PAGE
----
Do you have the new Martindale book, 101 Fabulous Small Quilts?! I want to add it to my library … this week!! Haha! I’ll come in and spend a little money! 🙂


  5. Barbara
    May 04, 2013 @ 14:04:32

    I went to Paducah for the first time this year. My friend and I did a mini-shop hop on our way to Paducah and we bought something at each shop. If we were near your shop (I don’t know if we were) and it were open, we might have stopped. But, we went through Tennessee on Sunday and, as far as I could tell, there are no quilt shops open on Sunday in TN.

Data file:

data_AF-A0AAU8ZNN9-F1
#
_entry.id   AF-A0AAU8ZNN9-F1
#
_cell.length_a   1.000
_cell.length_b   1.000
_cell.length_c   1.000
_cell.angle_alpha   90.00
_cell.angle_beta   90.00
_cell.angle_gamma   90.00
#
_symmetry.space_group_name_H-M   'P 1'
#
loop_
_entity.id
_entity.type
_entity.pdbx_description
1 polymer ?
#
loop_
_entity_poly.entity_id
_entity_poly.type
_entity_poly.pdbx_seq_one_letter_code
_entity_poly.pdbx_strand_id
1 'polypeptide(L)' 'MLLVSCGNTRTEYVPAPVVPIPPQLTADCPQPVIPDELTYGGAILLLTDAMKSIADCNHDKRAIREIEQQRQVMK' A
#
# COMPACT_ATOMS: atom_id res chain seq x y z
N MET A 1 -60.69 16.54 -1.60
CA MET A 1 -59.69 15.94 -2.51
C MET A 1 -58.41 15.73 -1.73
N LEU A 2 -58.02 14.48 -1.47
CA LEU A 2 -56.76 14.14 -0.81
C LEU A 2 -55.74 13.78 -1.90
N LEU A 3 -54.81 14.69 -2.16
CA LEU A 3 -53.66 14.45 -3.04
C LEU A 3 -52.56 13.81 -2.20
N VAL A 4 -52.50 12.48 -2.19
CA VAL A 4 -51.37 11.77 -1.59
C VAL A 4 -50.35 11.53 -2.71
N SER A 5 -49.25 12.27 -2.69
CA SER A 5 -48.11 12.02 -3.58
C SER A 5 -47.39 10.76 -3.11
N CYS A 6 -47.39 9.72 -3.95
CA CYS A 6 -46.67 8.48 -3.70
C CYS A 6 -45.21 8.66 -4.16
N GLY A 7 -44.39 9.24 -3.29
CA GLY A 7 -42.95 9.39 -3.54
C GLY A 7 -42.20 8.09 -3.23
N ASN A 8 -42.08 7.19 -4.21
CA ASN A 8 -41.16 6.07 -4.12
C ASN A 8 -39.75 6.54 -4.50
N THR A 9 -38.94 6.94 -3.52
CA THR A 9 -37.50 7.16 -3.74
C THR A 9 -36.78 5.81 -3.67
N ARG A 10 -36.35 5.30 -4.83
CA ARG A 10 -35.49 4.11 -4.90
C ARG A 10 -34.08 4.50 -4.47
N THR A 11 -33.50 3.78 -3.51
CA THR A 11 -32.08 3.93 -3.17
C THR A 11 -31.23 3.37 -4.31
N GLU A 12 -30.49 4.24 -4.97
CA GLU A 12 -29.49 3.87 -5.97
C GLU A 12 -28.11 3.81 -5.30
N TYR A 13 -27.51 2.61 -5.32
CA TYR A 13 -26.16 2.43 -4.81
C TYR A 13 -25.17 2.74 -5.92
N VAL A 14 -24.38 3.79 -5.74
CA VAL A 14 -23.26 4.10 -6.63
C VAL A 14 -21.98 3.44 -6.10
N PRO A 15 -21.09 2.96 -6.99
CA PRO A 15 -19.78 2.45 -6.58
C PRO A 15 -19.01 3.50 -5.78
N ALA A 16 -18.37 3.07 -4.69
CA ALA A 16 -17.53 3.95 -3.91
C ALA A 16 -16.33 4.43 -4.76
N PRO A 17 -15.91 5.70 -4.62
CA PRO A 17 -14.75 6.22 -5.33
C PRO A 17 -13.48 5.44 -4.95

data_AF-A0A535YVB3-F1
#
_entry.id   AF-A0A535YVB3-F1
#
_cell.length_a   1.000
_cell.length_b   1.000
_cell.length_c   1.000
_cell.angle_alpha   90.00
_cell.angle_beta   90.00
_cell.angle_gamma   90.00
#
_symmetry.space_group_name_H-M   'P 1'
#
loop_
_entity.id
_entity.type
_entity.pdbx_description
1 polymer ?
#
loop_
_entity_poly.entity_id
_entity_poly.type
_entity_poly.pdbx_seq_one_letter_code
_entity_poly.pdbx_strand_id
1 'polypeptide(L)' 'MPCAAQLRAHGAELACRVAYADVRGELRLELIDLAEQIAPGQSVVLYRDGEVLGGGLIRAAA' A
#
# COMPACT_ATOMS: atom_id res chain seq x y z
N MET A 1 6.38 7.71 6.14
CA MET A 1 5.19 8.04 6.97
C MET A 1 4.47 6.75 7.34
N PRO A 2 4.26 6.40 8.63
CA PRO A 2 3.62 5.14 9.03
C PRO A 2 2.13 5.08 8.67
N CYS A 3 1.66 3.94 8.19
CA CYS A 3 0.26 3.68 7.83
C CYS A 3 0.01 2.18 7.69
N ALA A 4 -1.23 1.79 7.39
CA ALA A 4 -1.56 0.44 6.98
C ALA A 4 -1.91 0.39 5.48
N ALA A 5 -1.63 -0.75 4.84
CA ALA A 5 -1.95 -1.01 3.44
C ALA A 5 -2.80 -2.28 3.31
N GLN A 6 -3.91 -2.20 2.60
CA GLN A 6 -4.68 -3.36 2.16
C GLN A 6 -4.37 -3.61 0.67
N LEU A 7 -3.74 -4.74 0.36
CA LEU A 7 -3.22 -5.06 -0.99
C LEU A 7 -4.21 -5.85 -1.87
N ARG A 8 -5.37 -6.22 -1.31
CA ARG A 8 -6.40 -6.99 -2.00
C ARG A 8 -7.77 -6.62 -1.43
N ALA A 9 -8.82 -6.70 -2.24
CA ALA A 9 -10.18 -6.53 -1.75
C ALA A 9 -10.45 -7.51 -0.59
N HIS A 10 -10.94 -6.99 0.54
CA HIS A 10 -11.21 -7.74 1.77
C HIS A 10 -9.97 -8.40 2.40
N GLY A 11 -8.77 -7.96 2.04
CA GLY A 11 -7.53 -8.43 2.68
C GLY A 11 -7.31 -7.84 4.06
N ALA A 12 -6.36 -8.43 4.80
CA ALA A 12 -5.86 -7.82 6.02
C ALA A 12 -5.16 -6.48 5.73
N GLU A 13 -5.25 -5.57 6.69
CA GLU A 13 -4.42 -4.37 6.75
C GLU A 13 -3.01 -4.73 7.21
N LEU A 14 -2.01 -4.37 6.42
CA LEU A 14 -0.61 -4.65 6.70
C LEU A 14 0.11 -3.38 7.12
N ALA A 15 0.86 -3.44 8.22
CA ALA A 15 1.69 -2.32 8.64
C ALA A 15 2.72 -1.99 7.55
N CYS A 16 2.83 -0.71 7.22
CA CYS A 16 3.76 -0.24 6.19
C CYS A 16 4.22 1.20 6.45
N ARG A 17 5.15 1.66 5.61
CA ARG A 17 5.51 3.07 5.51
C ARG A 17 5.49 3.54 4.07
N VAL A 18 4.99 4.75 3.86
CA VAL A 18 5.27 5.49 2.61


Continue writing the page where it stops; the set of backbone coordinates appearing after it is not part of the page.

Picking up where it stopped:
Barbara in MD


    • hookedonquilting
      May 04, 2013 @ 14:50:24

      If you went through on a Sunday then we weren’t one of the shops you visited. Sunday is the only day we’re closed and nap day if I’m lucky. I have told my ladies that if they’re in the area on a Sunday and need to visit just to let me know. We live upstairs over the shop so it’s not an inconvenience to open for them. I’m so glad to hear that you shopped along the way. Every little bit helps and speaking for the other shop owners, we thank you.